from The American Heritage® Dictionary of the English Language, 4th Edition
- suffix Performing or tending toward a specified action: demonstrative.
from Wiktionary, Creative Commons Attribution/Share-Alike License
- suffix An adjective suffix signifying relating or belonging to, of the nature of, tending to; as affirmative, active, conclusive, corrective, diminutive.
from the GNU version of the Collaborative International Dictionary of English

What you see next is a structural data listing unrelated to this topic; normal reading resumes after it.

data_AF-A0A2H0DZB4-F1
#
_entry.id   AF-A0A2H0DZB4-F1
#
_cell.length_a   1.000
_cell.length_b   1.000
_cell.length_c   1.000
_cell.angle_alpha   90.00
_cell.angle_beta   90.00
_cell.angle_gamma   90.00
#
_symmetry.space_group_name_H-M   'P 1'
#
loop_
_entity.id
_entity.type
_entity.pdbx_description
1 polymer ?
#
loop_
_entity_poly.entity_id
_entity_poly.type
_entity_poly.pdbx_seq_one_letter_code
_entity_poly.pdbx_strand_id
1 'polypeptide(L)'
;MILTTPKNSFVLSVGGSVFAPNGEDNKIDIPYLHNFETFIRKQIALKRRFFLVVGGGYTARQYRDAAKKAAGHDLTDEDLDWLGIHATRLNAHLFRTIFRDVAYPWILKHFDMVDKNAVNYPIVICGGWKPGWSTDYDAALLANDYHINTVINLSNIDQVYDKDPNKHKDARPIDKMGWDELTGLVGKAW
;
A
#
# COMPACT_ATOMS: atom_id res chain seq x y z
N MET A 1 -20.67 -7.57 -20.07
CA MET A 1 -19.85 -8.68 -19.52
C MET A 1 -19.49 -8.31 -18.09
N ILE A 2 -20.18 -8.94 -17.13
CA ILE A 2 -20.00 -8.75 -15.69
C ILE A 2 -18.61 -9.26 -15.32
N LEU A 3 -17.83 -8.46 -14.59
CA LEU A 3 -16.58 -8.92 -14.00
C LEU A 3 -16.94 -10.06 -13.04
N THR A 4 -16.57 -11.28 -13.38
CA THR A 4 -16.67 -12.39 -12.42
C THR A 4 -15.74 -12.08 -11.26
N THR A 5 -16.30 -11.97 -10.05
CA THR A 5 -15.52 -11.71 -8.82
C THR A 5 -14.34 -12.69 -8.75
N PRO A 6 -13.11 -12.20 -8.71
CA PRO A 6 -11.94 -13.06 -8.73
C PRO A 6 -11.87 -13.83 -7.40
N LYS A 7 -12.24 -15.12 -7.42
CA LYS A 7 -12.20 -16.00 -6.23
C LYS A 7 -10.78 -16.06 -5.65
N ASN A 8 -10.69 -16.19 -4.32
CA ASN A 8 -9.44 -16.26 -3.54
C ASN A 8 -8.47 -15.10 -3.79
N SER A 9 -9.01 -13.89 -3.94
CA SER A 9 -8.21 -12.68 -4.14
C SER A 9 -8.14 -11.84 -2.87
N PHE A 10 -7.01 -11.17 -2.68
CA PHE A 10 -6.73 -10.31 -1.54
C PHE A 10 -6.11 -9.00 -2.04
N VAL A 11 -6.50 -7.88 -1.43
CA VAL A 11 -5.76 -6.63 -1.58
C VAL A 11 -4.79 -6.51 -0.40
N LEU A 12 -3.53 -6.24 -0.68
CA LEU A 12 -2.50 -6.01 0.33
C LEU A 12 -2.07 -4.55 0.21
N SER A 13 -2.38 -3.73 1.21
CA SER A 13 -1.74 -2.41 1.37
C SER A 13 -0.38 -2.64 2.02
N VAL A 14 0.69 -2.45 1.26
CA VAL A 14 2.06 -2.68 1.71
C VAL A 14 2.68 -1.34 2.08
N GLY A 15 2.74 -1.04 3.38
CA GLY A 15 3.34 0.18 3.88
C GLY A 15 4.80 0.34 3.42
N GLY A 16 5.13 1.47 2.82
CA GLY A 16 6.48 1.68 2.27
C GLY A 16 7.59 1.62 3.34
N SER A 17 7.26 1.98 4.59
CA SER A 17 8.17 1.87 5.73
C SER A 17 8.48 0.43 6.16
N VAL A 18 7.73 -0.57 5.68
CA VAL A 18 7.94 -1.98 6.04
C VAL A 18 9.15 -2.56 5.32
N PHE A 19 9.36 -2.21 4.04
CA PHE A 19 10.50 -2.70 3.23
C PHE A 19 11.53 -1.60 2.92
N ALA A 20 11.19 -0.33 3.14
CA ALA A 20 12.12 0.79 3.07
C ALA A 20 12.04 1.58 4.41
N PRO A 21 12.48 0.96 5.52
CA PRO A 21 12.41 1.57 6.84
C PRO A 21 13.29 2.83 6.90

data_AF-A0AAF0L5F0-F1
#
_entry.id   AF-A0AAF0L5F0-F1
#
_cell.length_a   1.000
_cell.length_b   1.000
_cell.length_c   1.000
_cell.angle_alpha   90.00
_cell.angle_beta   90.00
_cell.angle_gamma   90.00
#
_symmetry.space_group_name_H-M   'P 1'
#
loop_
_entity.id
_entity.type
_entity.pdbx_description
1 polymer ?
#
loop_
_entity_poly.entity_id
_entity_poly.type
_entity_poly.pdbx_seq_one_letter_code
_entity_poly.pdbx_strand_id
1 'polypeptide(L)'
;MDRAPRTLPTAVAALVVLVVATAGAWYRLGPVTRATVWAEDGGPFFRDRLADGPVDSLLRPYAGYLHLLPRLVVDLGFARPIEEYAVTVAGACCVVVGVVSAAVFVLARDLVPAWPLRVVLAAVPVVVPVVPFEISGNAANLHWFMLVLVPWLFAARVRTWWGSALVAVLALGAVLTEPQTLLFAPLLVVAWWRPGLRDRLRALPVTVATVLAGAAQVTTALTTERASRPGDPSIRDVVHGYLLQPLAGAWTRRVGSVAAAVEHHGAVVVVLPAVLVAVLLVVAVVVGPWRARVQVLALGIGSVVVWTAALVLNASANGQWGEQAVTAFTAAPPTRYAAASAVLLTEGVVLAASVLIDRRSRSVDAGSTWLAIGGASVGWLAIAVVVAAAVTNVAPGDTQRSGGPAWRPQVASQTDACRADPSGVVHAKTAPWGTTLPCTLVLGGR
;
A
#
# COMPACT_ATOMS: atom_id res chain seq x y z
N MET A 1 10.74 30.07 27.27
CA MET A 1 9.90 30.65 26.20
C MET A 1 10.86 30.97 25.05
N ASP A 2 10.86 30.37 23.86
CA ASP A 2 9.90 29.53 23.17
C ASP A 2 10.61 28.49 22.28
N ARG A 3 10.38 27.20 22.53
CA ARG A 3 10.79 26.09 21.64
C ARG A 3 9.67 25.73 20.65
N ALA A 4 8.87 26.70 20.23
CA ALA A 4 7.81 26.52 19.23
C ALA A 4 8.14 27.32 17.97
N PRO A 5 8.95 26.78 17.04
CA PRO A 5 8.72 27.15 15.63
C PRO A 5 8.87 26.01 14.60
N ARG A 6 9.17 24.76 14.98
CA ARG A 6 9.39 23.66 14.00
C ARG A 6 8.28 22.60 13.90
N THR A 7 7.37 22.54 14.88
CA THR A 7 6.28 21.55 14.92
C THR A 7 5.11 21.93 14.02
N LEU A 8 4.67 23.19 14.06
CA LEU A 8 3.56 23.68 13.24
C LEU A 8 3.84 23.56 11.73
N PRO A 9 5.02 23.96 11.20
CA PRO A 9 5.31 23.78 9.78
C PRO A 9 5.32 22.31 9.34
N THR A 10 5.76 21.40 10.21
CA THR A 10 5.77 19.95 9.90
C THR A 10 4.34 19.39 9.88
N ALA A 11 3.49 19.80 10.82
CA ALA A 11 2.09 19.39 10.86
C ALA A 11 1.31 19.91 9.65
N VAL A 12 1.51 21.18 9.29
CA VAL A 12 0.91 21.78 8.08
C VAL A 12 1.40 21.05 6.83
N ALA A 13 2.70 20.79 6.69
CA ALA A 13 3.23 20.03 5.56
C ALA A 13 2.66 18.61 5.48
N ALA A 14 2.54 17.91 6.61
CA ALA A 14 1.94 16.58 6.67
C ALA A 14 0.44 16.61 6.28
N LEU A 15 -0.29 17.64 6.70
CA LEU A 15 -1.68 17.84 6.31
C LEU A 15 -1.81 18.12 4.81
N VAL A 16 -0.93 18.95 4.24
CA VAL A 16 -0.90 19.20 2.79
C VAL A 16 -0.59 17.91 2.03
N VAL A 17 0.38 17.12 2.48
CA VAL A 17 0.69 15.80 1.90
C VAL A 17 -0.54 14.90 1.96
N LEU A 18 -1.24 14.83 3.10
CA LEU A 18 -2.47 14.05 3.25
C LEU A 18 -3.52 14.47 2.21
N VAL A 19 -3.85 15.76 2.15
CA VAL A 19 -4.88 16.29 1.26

- suffix An adjective suffix signifying relating or belonging to, of the nature of, tending to.
Middle English, from Old French, from Latin -īvus, adj. suff.(American Heritage® Dictionary of the English Language, Fourth Edition)
From Anglo-Norman -if (feminine -ive), from Latin -ivus. Until the fourteenth century all Middle English loanwords from Anglo-Norman ended in -if (compare actif, natif, sensitif, pensif etc.), and under the influence of literary Neolatin both languages introduced the form -ive. Those forms that have not been replaced were subsequently changed to end in -y (compare hasty, from hastif, jolly, from jolif etc.). (Wiktionary)